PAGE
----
Everyone Remembers Watergate, But Nobody Remembers Pat Nixon
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Everyone Remembers Watergate, But Nobody Remembers Pat Nixon

Let me tell you what I have learned from my research on the wife of the 37th President of the United States.

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Everyone Remembers Watergate, But Nobody Remembers Pat Nixon

While doing my research on my series of the First Ladies, I began to ask people I came into contact with to tell me what they knew about the many First Ladies of the United States. Michele, Hillary, Jackie, Eleanor, and Martha Washington were the most common recalled. When I asked them what they knew about Pat Nixon, most drew a blank until I used the terms "Watergate" or "Tricky Dick."

With that knowledge, I knew it was important for me to write all I learned from my research on the wife of the 37th President of the United States. Thelma Catherine Patricia Ryan was born on March 16, 1912, to an Irish blue-collar family. Her mother died when she was 13 and her father passed away when she was 17.

"Pat" was the name her father gave her in honor of St. Patrick's Day, and she went by that name her entire life. Pat worked as a janitor and bookkeeper in high school to help support her family and worked her way through college. She earned a Bachelor of Science degree in Merchandising and graduated cum laude. In addition, she earned a Master's in Education.

She taught typing, bookkeeping, and other business courses at Whitter Union High School plus auditioned for acting jobs at the local theatre. Her students adored her, and she was just as, if not more attractive, than Jackie Kennedy. She was a strong independent woman of her generation, living with roommates and earning a living without the help of a husband.

Along comes Richard. They met in the theatre group and he fell for her instantly. He pursued her relentlessly and after time, she caved in and agreed to marry him.

Fast forward to their life in the White House. Pat had some knowledge of the responsibilities of the First Lady because she spent eight years as the wife of the Vice President of the United States from 1953 to 1960. She traveled with Richard to many countries and was known as the "Goodwill Ambassador" for the United States.

She spoke out on women's issues whenever possible and remarked that there should be more female representation in Congress and other countries around the world. Yet her ambivalence towards politics and the media was unrelenting, and she began to keep her opinions behind closed doors and specifically within earshot of the president. The two aides that also prevented her from being a strong advocate for women's right were the President's Chief of Staff, Bob Haldeman, and his aide, John Ehrlichman.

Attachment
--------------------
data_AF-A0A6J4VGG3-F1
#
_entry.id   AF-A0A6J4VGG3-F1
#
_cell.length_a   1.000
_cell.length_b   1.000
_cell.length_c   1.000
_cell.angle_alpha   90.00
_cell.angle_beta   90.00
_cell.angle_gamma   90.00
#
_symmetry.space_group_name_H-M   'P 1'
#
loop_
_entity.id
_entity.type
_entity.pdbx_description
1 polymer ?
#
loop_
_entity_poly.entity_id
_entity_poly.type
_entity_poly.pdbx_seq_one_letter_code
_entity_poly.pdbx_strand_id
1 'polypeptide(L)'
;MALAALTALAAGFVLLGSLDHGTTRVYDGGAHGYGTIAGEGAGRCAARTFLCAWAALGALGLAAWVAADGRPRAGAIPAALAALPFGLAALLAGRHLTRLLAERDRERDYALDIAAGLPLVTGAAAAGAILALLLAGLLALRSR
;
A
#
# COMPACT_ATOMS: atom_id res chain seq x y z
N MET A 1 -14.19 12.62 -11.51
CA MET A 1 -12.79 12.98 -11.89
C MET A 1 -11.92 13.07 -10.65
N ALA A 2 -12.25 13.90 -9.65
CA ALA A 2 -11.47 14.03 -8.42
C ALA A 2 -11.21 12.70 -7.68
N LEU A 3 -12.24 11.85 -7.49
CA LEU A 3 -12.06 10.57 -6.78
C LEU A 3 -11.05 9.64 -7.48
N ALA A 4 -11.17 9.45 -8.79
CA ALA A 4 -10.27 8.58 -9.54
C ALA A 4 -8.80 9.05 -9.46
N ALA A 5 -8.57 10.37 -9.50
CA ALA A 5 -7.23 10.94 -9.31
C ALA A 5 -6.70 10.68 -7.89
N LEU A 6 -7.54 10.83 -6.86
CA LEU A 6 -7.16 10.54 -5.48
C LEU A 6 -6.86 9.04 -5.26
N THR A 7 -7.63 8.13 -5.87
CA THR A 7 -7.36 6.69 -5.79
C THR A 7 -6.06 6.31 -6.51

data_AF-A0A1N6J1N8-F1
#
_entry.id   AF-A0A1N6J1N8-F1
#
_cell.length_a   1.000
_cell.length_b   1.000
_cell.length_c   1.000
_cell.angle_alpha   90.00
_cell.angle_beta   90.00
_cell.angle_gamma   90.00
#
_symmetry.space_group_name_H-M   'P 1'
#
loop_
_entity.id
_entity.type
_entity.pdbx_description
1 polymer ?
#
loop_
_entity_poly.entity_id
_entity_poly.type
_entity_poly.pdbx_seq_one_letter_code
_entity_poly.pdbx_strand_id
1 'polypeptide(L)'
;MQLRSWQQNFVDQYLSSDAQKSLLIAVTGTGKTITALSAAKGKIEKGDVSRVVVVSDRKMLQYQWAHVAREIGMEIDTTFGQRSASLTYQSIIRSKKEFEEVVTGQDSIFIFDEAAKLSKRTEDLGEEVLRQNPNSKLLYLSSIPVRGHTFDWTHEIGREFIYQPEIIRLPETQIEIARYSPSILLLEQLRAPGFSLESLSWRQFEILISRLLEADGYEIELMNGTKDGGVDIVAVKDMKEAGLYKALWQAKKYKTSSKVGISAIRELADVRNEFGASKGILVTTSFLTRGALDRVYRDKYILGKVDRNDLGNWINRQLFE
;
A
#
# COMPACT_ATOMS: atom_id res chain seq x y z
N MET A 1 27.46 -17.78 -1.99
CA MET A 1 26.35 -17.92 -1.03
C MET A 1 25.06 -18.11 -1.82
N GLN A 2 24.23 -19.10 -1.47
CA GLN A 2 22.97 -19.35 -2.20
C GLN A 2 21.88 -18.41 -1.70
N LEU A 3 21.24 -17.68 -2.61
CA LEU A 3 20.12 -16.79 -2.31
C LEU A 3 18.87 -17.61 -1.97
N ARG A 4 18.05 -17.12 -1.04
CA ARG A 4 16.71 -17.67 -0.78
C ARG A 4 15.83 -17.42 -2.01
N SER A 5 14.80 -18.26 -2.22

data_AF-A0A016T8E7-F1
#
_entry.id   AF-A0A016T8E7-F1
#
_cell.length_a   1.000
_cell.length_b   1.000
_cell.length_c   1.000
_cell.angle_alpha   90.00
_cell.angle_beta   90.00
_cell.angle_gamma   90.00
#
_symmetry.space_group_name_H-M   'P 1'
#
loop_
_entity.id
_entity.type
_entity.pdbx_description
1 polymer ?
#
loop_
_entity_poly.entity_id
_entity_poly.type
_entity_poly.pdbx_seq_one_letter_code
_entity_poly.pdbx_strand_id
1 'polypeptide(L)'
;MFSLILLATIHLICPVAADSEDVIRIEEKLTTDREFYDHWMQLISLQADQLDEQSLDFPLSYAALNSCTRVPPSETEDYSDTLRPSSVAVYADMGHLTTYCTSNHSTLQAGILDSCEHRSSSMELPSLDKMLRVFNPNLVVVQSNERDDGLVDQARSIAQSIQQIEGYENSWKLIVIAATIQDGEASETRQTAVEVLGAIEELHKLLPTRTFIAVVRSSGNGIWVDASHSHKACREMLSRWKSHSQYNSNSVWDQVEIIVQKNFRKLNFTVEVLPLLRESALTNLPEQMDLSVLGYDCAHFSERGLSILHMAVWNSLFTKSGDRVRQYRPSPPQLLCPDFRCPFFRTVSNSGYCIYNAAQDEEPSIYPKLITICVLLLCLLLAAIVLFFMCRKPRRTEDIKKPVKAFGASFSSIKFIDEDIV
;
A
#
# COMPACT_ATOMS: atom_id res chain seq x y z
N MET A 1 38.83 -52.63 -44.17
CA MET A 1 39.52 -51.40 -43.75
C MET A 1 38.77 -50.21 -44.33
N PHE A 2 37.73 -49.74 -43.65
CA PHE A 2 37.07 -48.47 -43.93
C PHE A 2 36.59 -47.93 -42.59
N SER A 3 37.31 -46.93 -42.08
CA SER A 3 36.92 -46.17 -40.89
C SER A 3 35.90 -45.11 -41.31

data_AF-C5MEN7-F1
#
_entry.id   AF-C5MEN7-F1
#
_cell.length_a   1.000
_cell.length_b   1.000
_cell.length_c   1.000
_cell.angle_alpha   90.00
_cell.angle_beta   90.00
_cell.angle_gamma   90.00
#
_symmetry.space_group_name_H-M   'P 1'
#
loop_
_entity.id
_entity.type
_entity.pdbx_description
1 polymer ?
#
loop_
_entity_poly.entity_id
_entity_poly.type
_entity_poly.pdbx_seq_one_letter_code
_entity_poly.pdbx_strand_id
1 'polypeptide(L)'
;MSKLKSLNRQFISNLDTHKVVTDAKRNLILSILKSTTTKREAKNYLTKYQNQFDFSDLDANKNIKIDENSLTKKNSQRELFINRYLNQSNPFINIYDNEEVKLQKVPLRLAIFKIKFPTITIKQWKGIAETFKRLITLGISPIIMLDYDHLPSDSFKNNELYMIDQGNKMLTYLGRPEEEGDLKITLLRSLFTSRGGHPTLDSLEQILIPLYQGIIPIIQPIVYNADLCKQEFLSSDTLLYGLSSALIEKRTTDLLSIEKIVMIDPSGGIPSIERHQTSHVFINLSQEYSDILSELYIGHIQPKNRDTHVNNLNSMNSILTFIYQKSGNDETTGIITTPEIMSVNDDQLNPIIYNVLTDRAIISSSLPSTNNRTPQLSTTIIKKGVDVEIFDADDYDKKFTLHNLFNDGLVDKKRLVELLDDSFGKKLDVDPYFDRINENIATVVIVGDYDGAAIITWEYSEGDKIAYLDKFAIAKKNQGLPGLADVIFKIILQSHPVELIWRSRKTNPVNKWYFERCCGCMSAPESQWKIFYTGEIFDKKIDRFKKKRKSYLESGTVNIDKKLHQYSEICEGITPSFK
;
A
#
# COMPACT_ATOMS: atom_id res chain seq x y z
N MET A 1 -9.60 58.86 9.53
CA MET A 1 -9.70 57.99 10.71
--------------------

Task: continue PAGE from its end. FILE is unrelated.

Richard was a demanding husband, at times his drug and alcohol abuse took its toll on Pat's perfect "June Cleaver" image. Pat was, for the most part, silent during Richard's term as President. Her extensive travel was her way of avoiding the abuse from her husband. On the History website, Becky Little writes, "Nixon family lawyer Waller Taylor told me that Nixon had hit her in 1962 and that she had threatened to leave him over it … I'm not talking about a smack. He blackened her eye."

To Pat's dismay, her image as a 1950's housewife was not what the nation was looking for. It was the "Age of Aquarius," the time for women's liberation and bra-burning. Even though she had pro-choice views, the media labeled her "Plastic Pat," and she stayed expressionless or gave no comments when asked.

Moreover, politics puts a lot of stress on a relationship. Richard was the kind of man who never backed down from a quest. He plowed full steam ahead and most cases never discussed his plans with Pat. She learned about his bid to run for President in the news just like she learned of his plans to resign after the Watergate investigation.

Pat was a victim of circumstances and an environment of the times she lived in. She could never tell the world that her husband was an alcoholic, or that he physically and mentally abused her. Her "Stockholm Syndrome" life was all she knew. And after he resigned, she packed their belongings and kept silent on these issues.

There would have been no one better than Pat Nixon to stand up and tell the people of the world that she is a victim of her husband's mental and physical abuse. What harm could it have done to a man who had disgraced the highest office of the United States? Her voice could have changed how domestic violence is dealt with today.

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This article has not been reviewed by Odyssey HQ and solely reflects the ideas and opinions of the creator.
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